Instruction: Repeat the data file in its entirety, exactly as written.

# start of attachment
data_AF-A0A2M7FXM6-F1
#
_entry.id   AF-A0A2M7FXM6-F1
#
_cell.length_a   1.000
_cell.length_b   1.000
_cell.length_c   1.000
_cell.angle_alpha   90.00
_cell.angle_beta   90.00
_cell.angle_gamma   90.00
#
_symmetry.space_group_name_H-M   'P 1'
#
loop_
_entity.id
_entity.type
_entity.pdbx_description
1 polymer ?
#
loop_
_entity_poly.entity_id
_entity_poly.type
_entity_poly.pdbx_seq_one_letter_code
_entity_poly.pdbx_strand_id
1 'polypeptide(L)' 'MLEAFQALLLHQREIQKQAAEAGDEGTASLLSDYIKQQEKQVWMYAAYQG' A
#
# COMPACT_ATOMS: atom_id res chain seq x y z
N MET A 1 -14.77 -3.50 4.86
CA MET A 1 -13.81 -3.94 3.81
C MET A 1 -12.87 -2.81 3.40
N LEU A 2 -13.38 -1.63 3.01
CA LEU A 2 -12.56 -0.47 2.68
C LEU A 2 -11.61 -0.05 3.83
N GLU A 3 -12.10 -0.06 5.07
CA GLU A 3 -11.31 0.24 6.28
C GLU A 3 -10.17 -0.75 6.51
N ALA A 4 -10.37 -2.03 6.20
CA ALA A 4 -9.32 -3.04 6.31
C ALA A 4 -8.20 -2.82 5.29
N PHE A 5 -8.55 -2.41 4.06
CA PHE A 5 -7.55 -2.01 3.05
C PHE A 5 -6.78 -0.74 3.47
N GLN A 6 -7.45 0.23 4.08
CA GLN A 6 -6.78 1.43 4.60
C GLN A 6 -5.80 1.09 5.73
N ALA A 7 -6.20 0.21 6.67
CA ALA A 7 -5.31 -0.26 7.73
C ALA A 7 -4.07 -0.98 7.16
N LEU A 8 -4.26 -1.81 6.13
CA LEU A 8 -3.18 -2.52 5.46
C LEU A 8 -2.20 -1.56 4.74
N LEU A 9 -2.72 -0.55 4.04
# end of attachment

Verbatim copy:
data_AF-A0A2M7FXM6-F1
#
_entry.id   AF-A0A2M7FXM6-F1
#
_cell.length_a   1.000
_cell.length_b   1.000
_cell.length_c   1.000
_cell.angle_alpha   90.00
_cell.angle_beta   90.00
_cell.angle_gamma   90.00
#
_symmetry.space_group_name_H-M   'P 1'
#
loop_
_entity.id
_entity.type
_entity.pdbx_description
1 polymer ?
#
loop_
_entity_poly.entity_id
_entity_poly.type
_entity_poly.pdbx_seq_one_letter_code
_entity_poly.pdbx_strand_id
1 'polypeptide(L)' 'MLEAFQALLLHQREIQKQAAEAGDEGTASLLSDYIKQQEKQVWMYAAYQG' A
#
# COMPACT_ATOMS: atom_id res chain seq x y z
N MET A 1 -14.77 -3.50 4.86
CA MET A 1 -13.81 -3.94 3.81
C MET A 1 -12.87 -2.81 3.40
N LEU A 2 -13.38 -1.63 3.01
CA LEU A 2 -12.56 -0.47 2.68
C LEU A 2 -11.61 -0.05 3.83
N GLU A 3 -12.10 -0.06 5.07
CA GLU A 3 -11.31 0.24 6.28
C GLU A 3 -10.17 -0.75 6.51
N ALA A 4 -10.37 -2.03 6.20
CA ALA A 4 -9.32 -3.04 6.31
C ALA A 4 -8.20 -2.82 5.29
N PHE A 5 -8.55 -2.41 4.06
CA PHE A 5 -7.55 -2.01 3.05
C PHE A 5 -6.78 -0.74 3.47
N GLN A 6 -7.45 0.23 4.08
CA GLN A 6 -6.78 1.43 4.60
C GLN A 6 -5.80 1.09 5.73
N ALA A 7 -6.20 0.21 6.67
CA ALA A 7 -5.31 -0.26 7.73
C ALA A 7 -4.07 -0.98 7.16
N LEU A 8 -4.26 -1.81 6.13
CA LEU A 8 -3.18 -2.52 5.46
C LEU A 8 -2.20 -1.56 4.74
N LEU A 9 -2.72 -0.55 4.04